I'm on the hunt for coarse perlite. Try a hydroponics store or greenhouse operations that make their own soils - but ask early because they might need to order it for you. The stuff available is very fine with a lot of dust. It is lighter than the granite which makes a big container very heavy. Does the angular surface area of the granite provide more surface area than the rounder Perlite? No - the perlite has more surface area on a size for size basis, and holds a considerably more water (on its surface). If you use the perlite as a substitute for granite, you need to use more perlite ands less Turface to get the same amount of water retention. Something like 4 Perlite, 3 bark, and 2 Turface, would be about right.

A hundred thank yous for figuring out the optimum fertilizer numbers for us. You're welcome. This is a chart of the
average usage of each element plants take from the soil.

I gave Nitrogen, because it's the largest nutrient component, the value of 100. Other nutrients are listed as a weight percentage of N.
N 100
P 13-19 (16) 1/6
K 45-80 (62) 3/5
S 6-9 (8) 1/12
Mg 5-15 (10) 1/10
Ca 5-15 (10) 1/10
Fe 0.7
Mn 0.4
B(oron) 0.2
Zn 0.06
Cu 0.03
Cl 0.03
Mo(lybdenum) 0.003

To read it, look at P. The chart tells you that plants use 16-19 parts of P for every 100 parts of N, for an average of 16 parts, which is 1/6 the amount of N the plant will use.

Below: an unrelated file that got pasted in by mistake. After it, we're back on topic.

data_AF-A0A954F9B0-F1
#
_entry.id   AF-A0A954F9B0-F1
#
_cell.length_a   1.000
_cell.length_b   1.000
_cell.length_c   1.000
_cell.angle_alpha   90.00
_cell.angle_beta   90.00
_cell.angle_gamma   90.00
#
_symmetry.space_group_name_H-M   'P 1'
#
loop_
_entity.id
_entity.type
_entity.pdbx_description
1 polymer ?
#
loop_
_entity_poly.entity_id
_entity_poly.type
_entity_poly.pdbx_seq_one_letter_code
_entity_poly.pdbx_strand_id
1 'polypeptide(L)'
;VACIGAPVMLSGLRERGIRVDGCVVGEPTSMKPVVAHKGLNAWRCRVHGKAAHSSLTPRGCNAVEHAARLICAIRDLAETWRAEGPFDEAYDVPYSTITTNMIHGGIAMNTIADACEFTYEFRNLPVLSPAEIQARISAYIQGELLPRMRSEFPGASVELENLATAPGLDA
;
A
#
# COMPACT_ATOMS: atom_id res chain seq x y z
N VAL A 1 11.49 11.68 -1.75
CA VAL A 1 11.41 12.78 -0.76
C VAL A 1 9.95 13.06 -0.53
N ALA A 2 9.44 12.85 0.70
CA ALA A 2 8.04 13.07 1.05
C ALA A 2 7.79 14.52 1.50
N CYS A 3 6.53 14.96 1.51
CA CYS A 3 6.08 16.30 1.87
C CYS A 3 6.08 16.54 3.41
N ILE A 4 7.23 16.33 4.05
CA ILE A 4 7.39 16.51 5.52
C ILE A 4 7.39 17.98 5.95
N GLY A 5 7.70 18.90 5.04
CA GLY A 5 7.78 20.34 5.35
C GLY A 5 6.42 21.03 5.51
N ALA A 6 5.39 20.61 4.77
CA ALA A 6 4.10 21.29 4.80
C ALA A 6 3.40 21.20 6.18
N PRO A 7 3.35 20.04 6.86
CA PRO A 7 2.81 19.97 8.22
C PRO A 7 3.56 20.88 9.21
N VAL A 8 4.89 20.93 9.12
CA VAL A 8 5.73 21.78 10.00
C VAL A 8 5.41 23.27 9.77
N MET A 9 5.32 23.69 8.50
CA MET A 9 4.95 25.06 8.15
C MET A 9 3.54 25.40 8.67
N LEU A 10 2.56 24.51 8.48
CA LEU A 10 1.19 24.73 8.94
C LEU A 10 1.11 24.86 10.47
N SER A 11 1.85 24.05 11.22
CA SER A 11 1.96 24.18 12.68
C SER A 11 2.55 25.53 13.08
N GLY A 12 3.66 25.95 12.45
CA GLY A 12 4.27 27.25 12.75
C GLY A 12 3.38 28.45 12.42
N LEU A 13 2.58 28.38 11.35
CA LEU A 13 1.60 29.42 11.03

Professionals base their supplementation program on these numbers, but tailored to a specific plant. However, the variance in usage from plant to plant varies little, as you can see from the chart, so thinking plant A or plant B somehow uses nutrients in a ratio that varies widely from other plants is well wide of the mark. If growers wish to increase the number of blooms a plant will produce, they usually reduce the amount of N, which curtails vegetative growth and forces the plant to put more energy into reproductive growth - flowers & fruit. They don't start providing massive amounts of P, because they know what problems are associated with that approach.

Plants are very remarkably alike in how they wish to be treated, and the sweet spot isn't hard to find. Snapdragons, sequoias, and sedum, can thrive equally well with exactly the same treatment. Most of the trouble and limitations surface when we're thinking what we're doing is a good idea, when actually we're asking our plants to thrive when we're providing cultural conditions that put them at the limits of what they are programmed to tolerate. Plants should thrive because of what we do for them, not survive in spite of what we do to them. ;-)



clipped on: 03.24.2013 at 08:59 pm    last updated on: 03.24.2013 at 08:59 pm